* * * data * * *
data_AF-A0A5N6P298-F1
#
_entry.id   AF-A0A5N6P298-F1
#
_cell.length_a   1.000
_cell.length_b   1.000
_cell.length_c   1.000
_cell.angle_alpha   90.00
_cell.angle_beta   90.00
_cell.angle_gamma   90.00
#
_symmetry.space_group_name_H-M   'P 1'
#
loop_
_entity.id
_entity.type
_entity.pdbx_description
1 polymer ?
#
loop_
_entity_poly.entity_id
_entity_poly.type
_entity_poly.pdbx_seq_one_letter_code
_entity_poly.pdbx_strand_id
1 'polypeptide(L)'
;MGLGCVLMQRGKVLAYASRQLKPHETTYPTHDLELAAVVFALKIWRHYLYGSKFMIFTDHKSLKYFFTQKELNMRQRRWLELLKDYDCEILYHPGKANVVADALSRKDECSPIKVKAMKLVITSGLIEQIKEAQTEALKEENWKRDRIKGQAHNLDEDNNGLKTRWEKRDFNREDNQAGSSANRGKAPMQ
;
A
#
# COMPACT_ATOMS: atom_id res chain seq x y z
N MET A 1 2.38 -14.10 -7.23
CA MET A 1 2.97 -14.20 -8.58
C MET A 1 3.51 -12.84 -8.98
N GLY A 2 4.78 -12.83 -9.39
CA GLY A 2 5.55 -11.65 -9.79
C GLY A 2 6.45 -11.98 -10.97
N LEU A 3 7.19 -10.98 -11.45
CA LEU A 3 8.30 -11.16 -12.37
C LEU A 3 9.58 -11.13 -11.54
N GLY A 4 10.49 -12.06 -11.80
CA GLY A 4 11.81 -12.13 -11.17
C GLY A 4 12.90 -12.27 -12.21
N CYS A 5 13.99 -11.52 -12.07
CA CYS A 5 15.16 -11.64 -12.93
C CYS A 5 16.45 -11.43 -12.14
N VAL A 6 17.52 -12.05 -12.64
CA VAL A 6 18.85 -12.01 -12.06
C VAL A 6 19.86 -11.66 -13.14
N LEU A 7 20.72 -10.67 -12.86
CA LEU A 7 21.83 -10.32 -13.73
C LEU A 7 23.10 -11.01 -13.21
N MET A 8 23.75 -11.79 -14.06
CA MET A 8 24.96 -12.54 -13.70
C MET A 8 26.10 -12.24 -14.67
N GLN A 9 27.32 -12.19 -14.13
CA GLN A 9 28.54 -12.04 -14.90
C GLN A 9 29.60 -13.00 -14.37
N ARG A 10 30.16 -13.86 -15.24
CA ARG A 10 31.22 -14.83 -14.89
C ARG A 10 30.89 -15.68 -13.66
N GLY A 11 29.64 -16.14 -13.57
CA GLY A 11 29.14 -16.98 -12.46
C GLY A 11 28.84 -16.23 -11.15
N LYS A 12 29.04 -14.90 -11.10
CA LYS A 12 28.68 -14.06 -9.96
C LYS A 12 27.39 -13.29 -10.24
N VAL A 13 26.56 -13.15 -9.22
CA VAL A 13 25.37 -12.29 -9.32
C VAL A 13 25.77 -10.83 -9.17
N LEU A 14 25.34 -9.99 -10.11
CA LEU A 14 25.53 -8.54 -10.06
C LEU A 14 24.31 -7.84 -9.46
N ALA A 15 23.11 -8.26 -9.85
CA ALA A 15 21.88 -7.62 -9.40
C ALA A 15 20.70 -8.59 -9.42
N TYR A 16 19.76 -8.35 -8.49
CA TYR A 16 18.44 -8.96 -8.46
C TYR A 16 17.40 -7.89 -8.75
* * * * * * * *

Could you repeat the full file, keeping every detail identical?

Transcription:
data_AF-A0A5N6P298-F1
#
_entry.id   AF-A0A5N6P298-F1
#
_cell.length_a   1.000
_cell.length_b   1.000
_cell.length_c   1.000
_cell.angle_alpha   90.00
_cell.angle_beta   90.00
_cell.angle_gamma   90.00
#
_symmetry.space_group_name_H-M   'P 1'
#
loop_
_entity.id
_entity.type
_entity.pdbx_description
1 polymer ?
#
loop_
_entity_poly.entity_id
_entity_poly.type
_entity_poly.pdbx_seq_one_letter_code
_entity_poly.pdbx_strand_id
1 'polypeptide(L)'
;MGLGCVLMQRGKVLAYASRQLKPHETTYPTHDLELAAVVFALKIWRHYLYGSKFMIFTDHKSLKYFFTQKELNMRQRRWLELLKDYDCEILYHPGKANVVADALSRKDECSPIKVKAMKLVITSGLIEQIKEAQTEALKEENWKRDRIKGQAHNLDEDNNGLKTRWEKRDFNREDNQAGSSANRGKAPMQ
;
A
#
# COMPACT_ATOMS: atom_id res chain seq x y z
N MET A 1 2.38 -14.10 -7.23
CA MET A 1 2.97 -14.20 -8.58
C MET A 1 3.51 -12.84 -8.98
N GLY A 2 4.78 -12.83 -9.39
CA GLY A 2 5.55 -11.65 -9.79
C GLY A 2 6.45 -11.98 -10.97
N LEU A 3 7.19 -10.98 -11.45
CA LEU A 3 8.30 -11.16 -12.37
C LEU A 3 9.58 -11.13 -11.54
N GLY A 4 10.49 -12.06 -11.80
CA GLY A 4 11.81 -12.13 -11.17
C GLY A 4 12.90 -12.27 -12.21
N CYS A 5 13.99 -11.52 -12.07
CA CYS A 5 15.16 -11.64 -12.93
C CYS A 5 16.45 -11.43 -12.14
N VAL A 6 17.52 -12.05 -12.64
CA VAL A 6 18.85 -12.01 -12.06
C VAL A 6 19.86 -11.66 -13.14
N LEU A 7 20.72 -10.67 -12.86
CA LEU A 7 21.83 -10.32 -13.73
C LEU A 7 23.10 -11.01 -13.21
N MET A 8 23.75 -11.79 -14.06
CA MET A 8 24.96 -12.54 -13.70
C MET A 8 26.10 -12.24 -14.67
N GLN A 9 27.32 -12.19 -14.13
CA GLN A 9 28.54 -12.04 -14.90
C GLN A 9 29.60 -13.00 -14.37
N ARG A 10 30.16 -13.86 -15.24
CA ARG A 10 31.22 -14.83 -14.89
C ARG A 10 30.89 -15.68 -13.66
N GLY A 11 29.64 -16.14 -13.57
CA GLY A 11 29.14 -16.98 -12.46
C GLY A 11 28.84 -16.23 -11.15
N LYS A 12 29.04 -14.90 -11.10
CA LYS A 12 28.68 -14.06 -9.96
C LYS A 12 27.39 -13.29 -10.24
N VAL A 13 26.56 -13.15 -9.22
CA VAL A 13 25.37 -12.29 -9.32
C VAL A 13 25.77 -10.83 -9.17
N LEU A 14 25.34 -9.99 -10.11
CA LEU A 14 25.53 -8.54 -10.06
C LEU A 14 24.31 -7.84 -9.46
N ALA A 15 23.11 -8.26 -9.85
CA ALA A 15 21.88 -7.62 -9.40
C ALA A 15 20.70 -8.59 -9.42
N TYR A 16 19.76 -8.35 -8.49
CA TYR A 16 18.44 -8.96 -8.46
C TYR A 16 17.40 -7.89 -8.75